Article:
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  1. #41
    Senior Member Silveresque's Avatar
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    I saw Rango as a 3, but I suppose he could be a 6 disintegrating to 3...

  2. #42
    Senior Member Mal12345's Avatar
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    Quote Originally Posted by bologna View Post
    Interesting, because I identify a lot with Rango and deliberate over 3 and 6 (not so much 5 anymore) for myself.

    To me, he embodied quite a bit of narcissism and wanted to put on an act to impress other people, he tends to be what other people need him to be, and he seems to embody plasticity as well. I thought those were type 3 traits--does a type 6 have those tendencies as well? Do you think he has type 6's need for security?
    Rango is drawing on the energies of the 3 but he is not the 3 type.
    "Everyone has a plan till they get punched in the mouth." Mike Tyson
    “Culture?” says Paul McCartney. “This isn't culture. It's just a good laugh.”

  3. #43
    Senior Member Mal12345's Avatar
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    Quote Originally Posted by mal12345 View Post
    Rango is drawing on the energies of the 3 but he is not the 3 type.
    Instead of just saying "he reminds me of Don Knotts" (because of The Shakiest Gun in the West similarity, and you might not have seen that movie so that will be lost on you), I see a character who is fighting against insecurity. The plot of the movie drives him to act out the "heroic defender" role, in other words, he has to be the opposite of the coward that he starts out as. At first he only plays the hero role by drawing on the 3 energies, and only out of a need to survive; then he is accepted in the group and becomes a part of that group, although still playing a role (kind of like a type 6 glad-handing salesman); but in the long run he is forced to cast that aside and just be himself. The snake made his personal growth necessary, but it only occurred after a time of personal reflection and an external discovery upon being cast-out. Toward the end he is an unhappy paraiah, the group has rejected him, so he crosses the highway in despair not seeming to care about his fate (type 6 Level 7). As Riso writes, "they are disgusted with themselves for not having been tough enough to stand on their own two feet, to defend themselves, to be independent. They feel cowardly because they have not been able to sustain their aggressive stance, although not because they have not tried."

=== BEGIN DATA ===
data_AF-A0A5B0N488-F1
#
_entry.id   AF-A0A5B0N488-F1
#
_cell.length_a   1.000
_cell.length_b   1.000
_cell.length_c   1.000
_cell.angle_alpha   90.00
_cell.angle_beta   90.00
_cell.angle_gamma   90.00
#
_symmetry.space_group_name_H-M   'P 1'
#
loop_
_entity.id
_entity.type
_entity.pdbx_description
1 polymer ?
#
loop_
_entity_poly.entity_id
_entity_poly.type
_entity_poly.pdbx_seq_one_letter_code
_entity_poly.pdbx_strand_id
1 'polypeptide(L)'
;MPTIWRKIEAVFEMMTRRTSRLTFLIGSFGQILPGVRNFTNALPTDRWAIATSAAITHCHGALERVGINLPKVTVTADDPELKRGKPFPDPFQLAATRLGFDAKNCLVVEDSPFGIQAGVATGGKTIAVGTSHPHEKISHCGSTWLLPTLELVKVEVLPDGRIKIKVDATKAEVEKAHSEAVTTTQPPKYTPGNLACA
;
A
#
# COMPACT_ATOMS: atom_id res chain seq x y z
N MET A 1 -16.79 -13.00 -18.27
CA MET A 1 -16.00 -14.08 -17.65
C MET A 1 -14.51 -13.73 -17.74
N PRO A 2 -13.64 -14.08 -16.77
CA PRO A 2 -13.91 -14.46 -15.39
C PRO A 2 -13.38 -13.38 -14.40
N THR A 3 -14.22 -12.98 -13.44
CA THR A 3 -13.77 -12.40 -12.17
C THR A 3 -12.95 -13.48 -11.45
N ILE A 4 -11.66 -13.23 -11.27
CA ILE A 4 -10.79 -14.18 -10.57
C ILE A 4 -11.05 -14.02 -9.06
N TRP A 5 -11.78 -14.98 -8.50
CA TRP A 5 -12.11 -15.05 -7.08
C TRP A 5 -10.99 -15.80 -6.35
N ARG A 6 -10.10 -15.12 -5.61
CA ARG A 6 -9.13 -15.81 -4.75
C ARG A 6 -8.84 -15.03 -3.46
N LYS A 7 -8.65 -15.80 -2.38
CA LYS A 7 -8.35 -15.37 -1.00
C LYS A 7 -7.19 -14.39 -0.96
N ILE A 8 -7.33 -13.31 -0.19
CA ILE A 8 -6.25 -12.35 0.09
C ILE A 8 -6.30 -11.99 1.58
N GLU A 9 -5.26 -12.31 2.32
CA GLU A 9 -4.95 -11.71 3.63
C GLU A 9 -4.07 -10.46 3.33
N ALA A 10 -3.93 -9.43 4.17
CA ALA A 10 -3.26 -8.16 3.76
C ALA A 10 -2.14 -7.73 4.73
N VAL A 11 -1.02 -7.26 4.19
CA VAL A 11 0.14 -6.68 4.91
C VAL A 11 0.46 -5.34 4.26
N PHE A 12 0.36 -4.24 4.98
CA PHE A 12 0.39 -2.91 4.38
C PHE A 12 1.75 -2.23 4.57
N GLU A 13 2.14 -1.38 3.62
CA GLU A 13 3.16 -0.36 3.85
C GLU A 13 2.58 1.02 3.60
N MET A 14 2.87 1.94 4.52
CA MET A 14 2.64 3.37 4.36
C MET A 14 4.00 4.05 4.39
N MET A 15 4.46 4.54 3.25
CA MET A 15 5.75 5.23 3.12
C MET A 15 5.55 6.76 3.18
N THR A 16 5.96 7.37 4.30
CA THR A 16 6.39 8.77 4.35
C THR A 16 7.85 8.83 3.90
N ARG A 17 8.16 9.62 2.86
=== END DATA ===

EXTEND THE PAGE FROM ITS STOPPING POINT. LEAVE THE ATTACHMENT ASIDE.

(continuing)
In the end, Rango uses his own intelligence and courage to outwit the natural predator and the evil mayor.

    As an aside, it was obvious that the Mayor was the villain from the very first, wouldn't you agree? The whole movie was pretty easy to see through, and heavily laden with tropes and cliches, kind of what one would expect from a Western.
    "Everyone has a plan till they get punched in the mouth." Mike Tyson
    “Culture?” says Paul McCartney. “This isn't culture. It's just a good laugh.”

  4. #44
    Senior Member Mal12345's Avatar
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    The Wiki page on 'The Shakiest Gun in the West" states, "Haywood [Don Knotts] inadvertently becomes the legendary "Doc Haywood" after he guns down "Arnold the Kid" and performs other exploits (all with covert assistance from Penny).'
    "Everyone has a plan till they get punched in the mouth." Mike Tyson
    “Culture?” says Paul McCartney. “This isn't culture. It's just a good laugh.”

  5. #45
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    Quote Originally Posted by mal12345 View Post
    Rango is drawing on the energies of the 3 but he is not the 3 type.
    I couldn't get past the traits that I mentioned, but this along with your elaboration is a great way of putting it. It's worth remembering that types can 'draw on the energies' of other types. Perhaps, in this case, he draws on the energy of the 3 in order to serve the needs of his 'true type,' the 6.